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Leading A Double Life

Published: July 10, 2017

Kaz Mogi, administrative staff coordinator for CSULB’s Philosophy Department, leads a double life.
By day, he schedules classes and handles paperwork for the department’s faculty. By night, and the occasional weekend, he is a professional musician who performs everything from heavy metal to Japanese taiko drums.

He recently joined 11 musical friends in the first public performance of Bataré, a mixture of Japanese taiko drumming and rock in Tracy, Calif. Mogi, at 34 Bataré’s “oldest” musician, is a former high school drum-line coach from Long Beach and son of a Japan-born musician. Their 90-minute show included six acrobatic taiko drummers, four eight-string guitar players (electric and acoustic) and taiko percussionists.

The idea for Batare originated with Nick Wiley, a friend and guitarist who writes the group’s music.

“The Tracy performance went great,” said Mogi, who joined CSULB’s staff in 2006. “It was our first performance yet the turnout was pretty good with people coming from as far away as Stockton and L.A. It was a lot of fun and a good beginning. I’m half Japanese and half Mexican. When I wanted to connect with Japanese culture, I had a choice between martial arts and taiko. I chose taiko. I had been playing drums for a while and it just naturally snowballed.” His stage inspirations include the Blue Man Group, Cirque du Soleil and the Trans-Siberian Orchestra.

As the philosophy department coordinator, where he has been since 2011, Mogi makes sure classrooms are open and everything functions normally.

“I answer student questions and when I don’t know the answer, I know who does,” he explained.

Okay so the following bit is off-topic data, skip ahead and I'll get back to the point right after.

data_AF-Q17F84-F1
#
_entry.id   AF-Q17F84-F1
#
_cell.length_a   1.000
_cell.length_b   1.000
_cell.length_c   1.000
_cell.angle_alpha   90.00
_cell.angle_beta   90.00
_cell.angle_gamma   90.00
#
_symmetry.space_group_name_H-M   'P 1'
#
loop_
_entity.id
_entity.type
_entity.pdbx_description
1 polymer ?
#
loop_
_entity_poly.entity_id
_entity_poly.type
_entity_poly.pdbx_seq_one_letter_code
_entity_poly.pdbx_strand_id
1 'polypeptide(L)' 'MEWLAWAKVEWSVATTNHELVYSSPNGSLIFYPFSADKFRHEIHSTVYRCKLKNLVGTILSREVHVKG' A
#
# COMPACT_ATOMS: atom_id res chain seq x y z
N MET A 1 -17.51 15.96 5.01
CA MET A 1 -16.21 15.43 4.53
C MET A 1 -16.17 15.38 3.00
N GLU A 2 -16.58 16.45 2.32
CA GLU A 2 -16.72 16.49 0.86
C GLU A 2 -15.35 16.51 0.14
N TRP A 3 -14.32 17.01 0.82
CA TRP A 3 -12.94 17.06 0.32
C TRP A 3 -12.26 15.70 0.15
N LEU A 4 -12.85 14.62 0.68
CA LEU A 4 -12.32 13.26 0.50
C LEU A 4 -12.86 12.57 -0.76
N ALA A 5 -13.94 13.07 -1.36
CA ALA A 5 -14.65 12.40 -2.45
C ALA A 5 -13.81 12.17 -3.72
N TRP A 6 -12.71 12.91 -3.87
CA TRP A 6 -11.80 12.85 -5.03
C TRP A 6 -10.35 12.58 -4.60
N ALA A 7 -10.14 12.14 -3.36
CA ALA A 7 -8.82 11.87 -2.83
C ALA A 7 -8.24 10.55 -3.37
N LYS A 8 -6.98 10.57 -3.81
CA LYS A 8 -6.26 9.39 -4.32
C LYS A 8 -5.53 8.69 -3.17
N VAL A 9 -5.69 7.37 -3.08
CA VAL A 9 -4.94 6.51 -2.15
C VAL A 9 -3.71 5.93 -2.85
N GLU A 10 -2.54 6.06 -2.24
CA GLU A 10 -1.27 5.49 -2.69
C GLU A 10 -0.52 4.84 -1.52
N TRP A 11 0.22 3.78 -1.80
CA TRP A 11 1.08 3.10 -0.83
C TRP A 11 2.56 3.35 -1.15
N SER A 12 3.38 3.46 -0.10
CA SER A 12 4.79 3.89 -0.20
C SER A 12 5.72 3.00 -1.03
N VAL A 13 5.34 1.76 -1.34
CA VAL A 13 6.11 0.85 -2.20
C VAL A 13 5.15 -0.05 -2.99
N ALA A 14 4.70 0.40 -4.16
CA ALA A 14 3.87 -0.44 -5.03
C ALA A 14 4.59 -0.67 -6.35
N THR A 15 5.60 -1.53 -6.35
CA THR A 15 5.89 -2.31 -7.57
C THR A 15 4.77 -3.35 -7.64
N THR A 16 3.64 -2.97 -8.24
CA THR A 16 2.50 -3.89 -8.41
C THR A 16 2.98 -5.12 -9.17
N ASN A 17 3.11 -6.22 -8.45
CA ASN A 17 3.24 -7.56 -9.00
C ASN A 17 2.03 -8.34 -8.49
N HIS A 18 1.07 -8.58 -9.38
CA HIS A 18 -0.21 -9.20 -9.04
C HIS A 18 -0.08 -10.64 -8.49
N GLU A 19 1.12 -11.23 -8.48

Mogi is not only a CSULB staff member; he is a graduate, with a Bachelor of Arts degree in instrumental music. After graduating from Lakewood High School, he attended Hollywood’s Musicians Institute and Long Beach City College before enrolling at CSULB.

An only child, Kazumori Mogi was born in Long Beach where his father, elementary school teacher Yoshi Noburo Mogi—born in Japan—played taiko. His mother Rosanna worked at CSULB in the Foundation building in University Research. He was 12 when a Metallica video of their hit “Sad but True” transfixed him on MTV.

“I thought it was the coolest thing,” he said. “I was able to mimic it all with just drum sticks. My dad got me a drum pad. My parents were very supportive. They added a drum kit and I’ve been hooked ever since.”

Kaz Mogi

Mostly self-taught, Mogi learned to read music at school and has gone on to perform in a video (“Princess in China”) by England’s Coldplay; recorded on a new album by Quetzal and the film soundtrack for “Battleship” (2012); and, in 2015, played with San Diego’s Yuujou Daiko troupe at Los Angeles’ Staples Center. He is also a member of East L.A. Taiko and works with Kris Berstrom, an L.A. taiko specialist.

In the beginning, the music was simply fun for Mogi.

“I remember playing my drum set from 8 a.m. to 5 p.m. day after day. My poor parents. My mom had to remind me to eat. Music is something I have to do. It is a little like breathing. If I do not perform for a while, I become sad and depressed. There are tough times when you get gigs that do not pay much or do not pay at all. Sometimes it seems there are only two people in the audience. It’s still something you have to do.”

A similar instrument to the taiko drum and its dynamic style of play has roots in the sixth century—drums energized troops during on the battlefield—the instrument’s actual origin is uncertain. Jazz drummer Daihachi Oguchi originated modern taiko styles in 1951.

The philosophy department has been supportive.

“Most of the faculty know I’m a musician and a few more know about Bataré’s show in Tracy and another coming up in Arizona,” he explained. “I think they think it is cool.”